CPU Utilization: WMV HD Content
Windows Media Video 9 Acceleration: Microsoft's Windows Media Video 9 (WMV9) HD format was accepted by the SMPTE HD-DVD consortium as a new HD format. The Windows Movie Maker software, which comes bundled with Windows XP, makes it easy for consumers to edit and save their favorite videos. These videos are saved in the .WMV format. Most of today's high-end GPUs include dedicated hardware to accelerate the playback of WMV and WMV-HD content for fluid full frame rate video even on systems with entry-to mid level CPUs. Previous generations of GPUs were not able to support WMV9 decode acceleration, so often times HD WMV9 content would drop frames when being played back on legacy hardware.
To document CPU utilization when playing back WMV HD content, we used the performance monitor built into Windows XP. Using the data provided by performance monitor, we created a log file that sampled the percent of CPU utilization every second, while playing back the 1080p versions of the "MP10 Digital Life" and "The Rules of Attraction" videos available on Microsoft's WMVHD site. The data was then imported into Excel to create the graphs below. The graphs shows the CPU utilization for a GeForce 7800 GT and the All-In-Wonder X1800 XL using Windows Media Player 10, patched using the DXVA update posted on Microsoft's web site (Update Available Here).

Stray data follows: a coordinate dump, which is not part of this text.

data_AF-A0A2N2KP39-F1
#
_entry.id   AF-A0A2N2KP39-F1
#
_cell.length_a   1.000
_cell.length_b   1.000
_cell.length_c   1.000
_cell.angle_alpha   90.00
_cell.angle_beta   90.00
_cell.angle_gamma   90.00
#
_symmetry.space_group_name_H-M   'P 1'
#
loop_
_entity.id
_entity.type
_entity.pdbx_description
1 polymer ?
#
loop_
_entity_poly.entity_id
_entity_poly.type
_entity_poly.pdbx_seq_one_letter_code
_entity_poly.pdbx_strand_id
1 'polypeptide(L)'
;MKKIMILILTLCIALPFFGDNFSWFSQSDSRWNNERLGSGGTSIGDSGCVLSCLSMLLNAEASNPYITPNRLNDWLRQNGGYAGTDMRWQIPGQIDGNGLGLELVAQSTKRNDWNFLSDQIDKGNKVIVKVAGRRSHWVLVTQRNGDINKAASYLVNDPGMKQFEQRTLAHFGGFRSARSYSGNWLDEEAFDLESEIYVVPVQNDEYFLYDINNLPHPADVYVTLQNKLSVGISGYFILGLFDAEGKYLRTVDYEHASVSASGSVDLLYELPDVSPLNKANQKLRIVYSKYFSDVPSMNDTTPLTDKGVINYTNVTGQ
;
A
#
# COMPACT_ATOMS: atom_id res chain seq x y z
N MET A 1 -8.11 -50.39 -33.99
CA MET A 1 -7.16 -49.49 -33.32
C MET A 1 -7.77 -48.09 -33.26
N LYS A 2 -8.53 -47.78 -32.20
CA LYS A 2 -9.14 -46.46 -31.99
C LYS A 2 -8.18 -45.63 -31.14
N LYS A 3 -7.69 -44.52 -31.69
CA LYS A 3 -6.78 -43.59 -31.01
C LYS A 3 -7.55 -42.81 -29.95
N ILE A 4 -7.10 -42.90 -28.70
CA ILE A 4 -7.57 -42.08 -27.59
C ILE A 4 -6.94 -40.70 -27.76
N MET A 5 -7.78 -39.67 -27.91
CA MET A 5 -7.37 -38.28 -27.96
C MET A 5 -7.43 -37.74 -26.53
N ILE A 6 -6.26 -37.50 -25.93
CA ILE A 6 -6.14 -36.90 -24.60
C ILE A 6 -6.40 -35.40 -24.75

|Average CPU Utilization - MP10 Digital Life|
|All-In-Wonder Radeon X1800 XL||38.29%|
|XFX GeForce 7800 GT||40.01%|
|Average CPU Utilization - The Rules of Attraction|
|All-In-Wonder Radeon X1800 XL||39.09%|
|XFX GeForce 7800 GT||36.33%|
While playing the "MP10 Digital Life" video, both cards used a similar amount of CPU resources, with a slight edge going to the All-In-Wonder X1800 XL. The scale titled in favor of the GeForce 7800 GT, however, when playing back the "Rules of Attraction" trailer. Notice the excessive peaks and valleys when using the 7800 GT, though. This video has portions of high-speed action, mixed in with some blank black frames and multiple video boxes. The All-In-Wonder seemed the maintain a similar level of CPU utilization throughout, while the 7800 GT used much more, or much fewer CPU resources depending on the type of video. And it seems the Radeon and GeForce each offloaded portions of the video differently, as is evident by their opposing nature of the peaks and valleys in the graph.